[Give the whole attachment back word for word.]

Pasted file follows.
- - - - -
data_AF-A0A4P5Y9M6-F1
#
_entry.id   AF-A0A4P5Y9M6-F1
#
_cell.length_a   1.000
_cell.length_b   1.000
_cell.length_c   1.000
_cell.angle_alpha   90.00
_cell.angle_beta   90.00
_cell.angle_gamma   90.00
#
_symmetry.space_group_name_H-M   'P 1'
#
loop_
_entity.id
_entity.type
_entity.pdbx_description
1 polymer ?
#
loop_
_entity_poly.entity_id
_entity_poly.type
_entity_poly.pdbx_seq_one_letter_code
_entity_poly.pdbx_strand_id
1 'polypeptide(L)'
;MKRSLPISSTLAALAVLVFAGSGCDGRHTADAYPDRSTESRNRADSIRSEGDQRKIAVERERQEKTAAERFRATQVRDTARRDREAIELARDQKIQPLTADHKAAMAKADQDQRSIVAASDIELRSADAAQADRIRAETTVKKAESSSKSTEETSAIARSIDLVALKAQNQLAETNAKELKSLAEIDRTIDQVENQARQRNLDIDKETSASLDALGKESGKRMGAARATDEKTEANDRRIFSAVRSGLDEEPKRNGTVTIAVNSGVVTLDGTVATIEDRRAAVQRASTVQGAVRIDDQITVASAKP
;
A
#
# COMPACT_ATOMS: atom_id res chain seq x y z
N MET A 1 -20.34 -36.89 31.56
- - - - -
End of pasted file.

data_AF-A0A4P5Y9M6-F1
#
_entry.id   AF-A0A4P5Y9M6-F1
#
_cell.length_a   1.000
_cell.length_b   1.000
_cell.length_c   1.000
_cell.angle_alpha   90.00
_cell.angle_beta   90.00
_cell.angle_gamma   90.00
#
_symmetry.space_group_name_H-M   'P 1'
#
loop_
_entity.id
_entity.type
_entity.pdbx_description
1 polymer ?
#
loop_
_entity_poly.entity_id
_entity_poly.type
_entity_poly.pdbx_seq_one_letter_code
_entity_poly.pdbx_strand_id
1 'polypeptide(L)'
;MKRSLPISSTLAALAVLVFAGSGCDGRHTADAYPDRSTESRNRADSIRSEGDQRKIAVERERQEKTAAERFRATQVRDTARRDREAIELARDQKIQPLTADHKAAMAKADQDQRSIVAASDIELRSADAAQADRIRAETTVKKAESSSKSTEETSAIARSIDLVALKAQNQLAETNAKELKSLAEIDRTIDQVENQARQRNLDIDKETSASLDALGKESGKRMGAARATDEKTEANDRRIFSAVRSGLDEEPKRNGTVTIAVNSGVVTLDGTVATIEDRRAAVQRASTVQGAVRIDDQITVASAKP
;
A
#
# COMPACT_ATOMS: atom_id res chain seq x y z
N MET A 1 -20.34 -36.89 31.56